“That’s Variety One. The Wounded Soldier.” Klaus reached out and took the pictures. “You see, the claws were designed to get to human beings. To find them. Each kind was better than the last. They got farther, closer, past most of our defenses, into our lines. But as long as they were merely machines, metal spheres with claws and horns, feelers, they could be picked off like any other object. They could be detected as lethal robots as soon as they were seen. Once we caught sight of them—”
“Variety One subverted our whole north wing,” Rudi said. “It was a long time before anyone caught on. Then it was too late. They came in, wounded soldiers, knocking and begging to be let in. So we let them in. And as soon as they were in they took over. We were watching out for machines...”
“At that time it was thought there was only the one type,” Klaus Epstein said. “No one suspected there were other types. The pictures were flashed to us. When the runner was sent to you, we knew of just one type. Variety One. The big Wounded Soldier. We thought that was all.”
“Your line fell to—”
“To Variety Three. David and his bear. That worked even better.” Klaus smiled bitterly. “Soldiers are suckers for children. We brought them in and tried to feed them. We found out the hard way what they were after. At least, those who were in the bunker.”
“The three of us were lucky,” Rudi said. “Klaus and I were—were visiting Tasso when it happened. This is her place.” He waved a big hand around. “This little cellar. We finished and climbed the ladder to start back. From the ridge we saw. There they were, all around the bunker. Fighting was still going on. David and his bear. Hundreds of them. Klaus took the pictures.”
Klaus tied up the photographs again.
“And it’s going on all along your line?” Hendricks said.
“How about our lines?” Without thinking, he touched the tab on his arm. “Can they—”
“They’re not bothered by your radiation tabs. It makes no difference to them, Russian, American, Pole, German. It’s all the same. They’re doing what they were designed to do. Carrying out the original idea. They track down life, wherever they find it.”
“They go by warmth,” Klaus said. “That was the way you constructed them from the very start. Of course, those you designed were kept back by the radiation tabs you wear. Now they’ve got around that. These new varieties are lead-lined.”
“What’s the other variety?” Hendricks asked. “The David type, the Wounded Soldier—what’s the other?”
“We don’t know.” Klaus pointed up at the wall. On the wall were two metal plates, ragged at the edges. Hendricks got up and studied them. They were bent and dented.
“The one on the left came off a Wounded Soldier,” Rudi said. “We got one of them. It was going along toward our old bunker. We got it from the ridge, the same way we got the David tagging you.”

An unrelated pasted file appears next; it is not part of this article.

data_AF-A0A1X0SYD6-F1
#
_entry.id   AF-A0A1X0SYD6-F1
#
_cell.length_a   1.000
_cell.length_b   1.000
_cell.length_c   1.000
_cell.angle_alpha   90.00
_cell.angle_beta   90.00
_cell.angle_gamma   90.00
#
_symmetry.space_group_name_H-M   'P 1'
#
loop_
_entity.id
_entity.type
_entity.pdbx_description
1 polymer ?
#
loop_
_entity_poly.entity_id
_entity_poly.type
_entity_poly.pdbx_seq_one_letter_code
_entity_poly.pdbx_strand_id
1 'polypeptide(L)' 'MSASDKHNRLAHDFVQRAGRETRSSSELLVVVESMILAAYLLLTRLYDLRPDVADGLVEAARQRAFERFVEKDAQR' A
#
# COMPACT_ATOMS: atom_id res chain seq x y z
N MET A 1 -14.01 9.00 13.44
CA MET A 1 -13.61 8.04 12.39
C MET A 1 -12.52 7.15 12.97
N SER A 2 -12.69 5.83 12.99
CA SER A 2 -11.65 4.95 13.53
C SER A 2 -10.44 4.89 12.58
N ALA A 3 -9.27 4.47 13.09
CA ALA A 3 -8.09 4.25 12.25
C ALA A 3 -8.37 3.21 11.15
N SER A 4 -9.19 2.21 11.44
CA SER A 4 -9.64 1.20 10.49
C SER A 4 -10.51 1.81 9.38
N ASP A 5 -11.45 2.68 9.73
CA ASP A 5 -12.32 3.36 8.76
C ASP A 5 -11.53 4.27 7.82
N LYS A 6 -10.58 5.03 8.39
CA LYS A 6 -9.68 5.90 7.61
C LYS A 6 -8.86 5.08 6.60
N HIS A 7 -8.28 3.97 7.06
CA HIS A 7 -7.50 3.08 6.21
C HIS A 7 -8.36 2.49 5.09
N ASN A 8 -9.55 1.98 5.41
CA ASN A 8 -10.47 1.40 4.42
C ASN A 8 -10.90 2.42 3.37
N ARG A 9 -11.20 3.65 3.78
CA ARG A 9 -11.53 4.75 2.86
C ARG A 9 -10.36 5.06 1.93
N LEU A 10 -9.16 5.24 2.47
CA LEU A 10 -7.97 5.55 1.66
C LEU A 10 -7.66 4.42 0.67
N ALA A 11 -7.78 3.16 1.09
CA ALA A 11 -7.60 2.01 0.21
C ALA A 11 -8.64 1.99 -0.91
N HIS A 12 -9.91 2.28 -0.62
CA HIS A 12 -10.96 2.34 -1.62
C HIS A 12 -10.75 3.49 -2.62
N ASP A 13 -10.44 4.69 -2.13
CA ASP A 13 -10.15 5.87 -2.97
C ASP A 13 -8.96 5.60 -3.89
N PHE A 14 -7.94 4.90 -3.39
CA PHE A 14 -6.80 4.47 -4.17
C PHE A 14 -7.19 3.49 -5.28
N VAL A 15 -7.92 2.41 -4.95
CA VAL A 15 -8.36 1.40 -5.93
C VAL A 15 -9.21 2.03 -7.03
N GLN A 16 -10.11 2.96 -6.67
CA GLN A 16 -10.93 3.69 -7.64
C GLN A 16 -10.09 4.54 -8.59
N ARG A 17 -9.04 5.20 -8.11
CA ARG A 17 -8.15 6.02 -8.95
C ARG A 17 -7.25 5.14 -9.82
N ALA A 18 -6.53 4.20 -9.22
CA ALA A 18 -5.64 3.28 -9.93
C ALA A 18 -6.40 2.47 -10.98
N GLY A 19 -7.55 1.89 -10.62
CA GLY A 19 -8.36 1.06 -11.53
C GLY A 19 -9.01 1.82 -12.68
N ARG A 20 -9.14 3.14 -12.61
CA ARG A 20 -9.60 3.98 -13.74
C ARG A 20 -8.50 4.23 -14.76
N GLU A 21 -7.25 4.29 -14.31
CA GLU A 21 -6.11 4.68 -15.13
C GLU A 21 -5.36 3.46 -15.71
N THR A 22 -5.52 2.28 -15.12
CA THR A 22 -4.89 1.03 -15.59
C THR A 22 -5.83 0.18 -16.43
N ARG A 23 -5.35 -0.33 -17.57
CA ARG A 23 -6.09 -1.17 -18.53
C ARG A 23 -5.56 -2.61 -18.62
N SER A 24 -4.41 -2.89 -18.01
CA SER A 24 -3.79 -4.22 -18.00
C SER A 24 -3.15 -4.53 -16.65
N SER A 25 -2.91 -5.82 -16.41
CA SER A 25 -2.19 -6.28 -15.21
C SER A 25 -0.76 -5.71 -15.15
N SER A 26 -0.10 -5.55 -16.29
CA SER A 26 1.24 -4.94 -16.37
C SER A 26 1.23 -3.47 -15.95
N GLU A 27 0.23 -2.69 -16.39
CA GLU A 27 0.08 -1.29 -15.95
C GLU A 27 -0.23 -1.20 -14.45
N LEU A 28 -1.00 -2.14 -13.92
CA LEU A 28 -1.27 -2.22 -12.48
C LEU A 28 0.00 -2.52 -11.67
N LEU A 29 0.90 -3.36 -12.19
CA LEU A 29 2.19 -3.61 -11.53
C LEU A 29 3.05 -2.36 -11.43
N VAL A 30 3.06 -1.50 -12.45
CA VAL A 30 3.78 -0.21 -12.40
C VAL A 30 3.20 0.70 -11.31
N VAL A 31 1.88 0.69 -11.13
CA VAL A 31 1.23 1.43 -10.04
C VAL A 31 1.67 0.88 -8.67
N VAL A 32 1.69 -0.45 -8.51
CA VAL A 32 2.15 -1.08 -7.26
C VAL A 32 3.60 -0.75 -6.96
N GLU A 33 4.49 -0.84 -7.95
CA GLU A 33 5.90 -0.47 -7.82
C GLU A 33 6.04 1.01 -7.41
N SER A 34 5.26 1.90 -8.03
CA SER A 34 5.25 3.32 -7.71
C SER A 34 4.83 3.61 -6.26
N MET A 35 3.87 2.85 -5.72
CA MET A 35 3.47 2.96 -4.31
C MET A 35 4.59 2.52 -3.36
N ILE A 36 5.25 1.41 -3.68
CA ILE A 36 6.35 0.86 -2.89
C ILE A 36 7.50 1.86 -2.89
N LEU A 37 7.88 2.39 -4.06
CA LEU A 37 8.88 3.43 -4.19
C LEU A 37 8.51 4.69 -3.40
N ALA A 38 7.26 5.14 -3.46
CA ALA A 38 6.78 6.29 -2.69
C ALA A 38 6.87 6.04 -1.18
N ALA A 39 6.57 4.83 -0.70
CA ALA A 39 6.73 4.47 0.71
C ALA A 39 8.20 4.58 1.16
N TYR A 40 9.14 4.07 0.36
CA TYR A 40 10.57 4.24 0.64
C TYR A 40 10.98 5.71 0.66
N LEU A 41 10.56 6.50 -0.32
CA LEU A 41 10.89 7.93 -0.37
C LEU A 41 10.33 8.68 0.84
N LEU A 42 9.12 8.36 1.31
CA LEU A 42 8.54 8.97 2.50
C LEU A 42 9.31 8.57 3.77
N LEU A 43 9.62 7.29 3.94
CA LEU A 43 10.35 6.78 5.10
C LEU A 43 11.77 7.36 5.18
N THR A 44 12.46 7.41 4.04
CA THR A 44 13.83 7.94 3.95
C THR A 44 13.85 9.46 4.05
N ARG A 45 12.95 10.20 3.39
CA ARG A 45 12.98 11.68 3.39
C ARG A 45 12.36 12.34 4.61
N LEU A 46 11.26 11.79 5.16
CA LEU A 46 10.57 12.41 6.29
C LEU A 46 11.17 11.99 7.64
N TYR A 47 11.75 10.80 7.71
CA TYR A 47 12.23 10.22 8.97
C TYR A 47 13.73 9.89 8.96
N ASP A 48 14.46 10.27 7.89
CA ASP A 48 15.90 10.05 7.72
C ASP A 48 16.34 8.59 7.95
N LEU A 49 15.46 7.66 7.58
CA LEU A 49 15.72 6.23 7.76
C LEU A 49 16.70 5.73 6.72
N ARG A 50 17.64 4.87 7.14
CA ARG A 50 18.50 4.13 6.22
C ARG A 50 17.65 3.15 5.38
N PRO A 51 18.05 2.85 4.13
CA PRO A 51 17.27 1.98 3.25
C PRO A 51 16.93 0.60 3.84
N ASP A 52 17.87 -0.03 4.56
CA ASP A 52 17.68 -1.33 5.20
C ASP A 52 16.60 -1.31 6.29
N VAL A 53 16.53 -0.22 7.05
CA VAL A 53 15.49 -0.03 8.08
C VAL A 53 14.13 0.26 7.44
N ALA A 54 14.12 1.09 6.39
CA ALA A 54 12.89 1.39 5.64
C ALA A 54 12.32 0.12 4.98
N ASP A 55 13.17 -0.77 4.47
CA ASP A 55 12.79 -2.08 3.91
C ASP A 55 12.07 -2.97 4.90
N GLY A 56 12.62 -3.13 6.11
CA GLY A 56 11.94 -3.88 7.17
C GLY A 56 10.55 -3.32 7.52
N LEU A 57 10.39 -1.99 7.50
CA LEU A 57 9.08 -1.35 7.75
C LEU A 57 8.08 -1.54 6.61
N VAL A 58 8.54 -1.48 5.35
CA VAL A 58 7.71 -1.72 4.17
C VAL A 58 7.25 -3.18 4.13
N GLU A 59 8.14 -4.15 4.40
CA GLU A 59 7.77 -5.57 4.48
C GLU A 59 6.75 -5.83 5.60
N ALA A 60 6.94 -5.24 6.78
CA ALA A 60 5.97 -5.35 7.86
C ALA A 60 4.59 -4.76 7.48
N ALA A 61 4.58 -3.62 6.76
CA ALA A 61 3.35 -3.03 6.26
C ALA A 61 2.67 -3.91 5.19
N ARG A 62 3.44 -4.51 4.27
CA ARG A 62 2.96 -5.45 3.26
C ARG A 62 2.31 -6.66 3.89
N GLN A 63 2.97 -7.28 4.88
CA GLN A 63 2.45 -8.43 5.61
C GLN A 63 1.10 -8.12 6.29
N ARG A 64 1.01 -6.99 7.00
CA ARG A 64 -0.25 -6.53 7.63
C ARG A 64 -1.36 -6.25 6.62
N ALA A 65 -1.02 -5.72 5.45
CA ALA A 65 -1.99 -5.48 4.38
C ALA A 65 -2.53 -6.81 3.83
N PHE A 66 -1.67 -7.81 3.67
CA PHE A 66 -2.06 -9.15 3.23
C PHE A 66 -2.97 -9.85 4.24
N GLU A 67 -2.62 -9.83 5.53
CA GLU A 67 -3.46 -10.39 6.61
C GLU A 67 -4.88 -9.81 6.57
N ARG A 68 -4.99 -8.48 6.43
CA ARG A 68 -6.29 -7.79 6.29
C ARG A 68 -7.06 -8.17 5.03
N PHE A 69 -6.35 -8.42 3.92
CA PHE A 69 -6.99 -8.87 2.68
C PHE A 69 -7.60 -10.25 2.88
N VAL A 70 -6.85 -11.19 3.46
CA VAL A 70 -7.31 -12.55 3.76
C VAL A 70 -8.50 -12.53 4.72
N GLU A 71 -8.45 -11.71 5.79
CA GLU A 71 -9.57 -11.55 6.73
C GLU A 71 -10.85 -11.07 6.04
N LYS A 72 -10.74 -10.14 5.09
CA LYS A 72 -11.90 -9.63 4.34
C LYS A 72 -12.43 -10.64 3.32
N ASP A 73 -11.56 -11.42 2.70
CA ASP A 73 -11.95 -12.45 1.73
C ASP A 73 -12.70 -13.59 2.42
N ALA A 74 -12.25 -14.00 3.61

The plate was stamped: I-V. Hendricks touched the other plate. “And this came from the David type?”
“Yes.” The plate was stamped: III-V.
Klaus took a look at them, leaning over Hendricks’ broad shoulder. “You can see what we’re up against. There’s another type. Maybe it was abandoned. Maybe it didn’t work. But there must be a Second Variety. There’s One and Three.”
“You were lucky,” Rudi said. “The David tagged you all the way here and never touched you. Probably thought you’d get it into a bunker, somewhere.”
“One gets in and it’s all over,” Klaus said. “They move fast. One lets all the rest inside. They’re inflexible. Machines with one purpose. They were built for only one thing.” He rubbed sweat from his lip. “We saw.”
They were silent.
“Let me have another cigarette, Yank,” Tasso said. “They are good. I almost forgot how they were.”
It was night. The sky was black. No stars were visible through the rolling clouds of ash. Klaus lifted the lid cautiously so that Hendricks could look out.
Rudi pointed into the darkness. “Over that way are the bunkers. Where we used to be. Not over half a mile from us. It was just chance Klaus and I were not there when it happened. Weakness. Saved by our lusts.”
“All the rest must be dead,” Klaus said in a low voice. “It came quickly. This morning the Politburo reached their decision. They notified us—forward command. Our runner was sent out at once. We saw him start toward the direction of your lines. We covered him until he was out of sight.”
“Alex Radrivsky. We both knew him. He disappeared about six o’clock. The sun had just come up. About noon Klaus and I had an hour relief. We crept off, away from the bunkers. No one was watching. We came here. There used to be a town here, a few houses, a street. This cellar was part of a big farmhouse. We knew Tasso would be here, hiding down in her little place. We had come here before. Others from the bunkers came here. Today happened to be our turn.”
“So we were saved,” Klaus said. “Chance. It might have been others. We—we finished, and then we came up to the surface and started back along the ridge. That was when we saw them, the Davids. We understood right away. We had seen the photos of the First Variety, the Wounded Soldier. Our Commissar distributed them to us with an explanation. If we had gone another step they would have seen us. As it was we had to blast two Davids before we got back. There were hundreds of them, all around. Like ants. We took pictures and slipped back here, bolting the lid tight.”
“They’re not so much when you catch them alone. We moved faster than they did. But they’re inexorable. Not like living things. They came right at us. And we blasted them.”
Major Hendricks rested against the edge of the lid, adjusting his eyes to the darkness. “Is it safe to have the lid up at all?”
“If we’re careful. How else can you operate your transmitter?”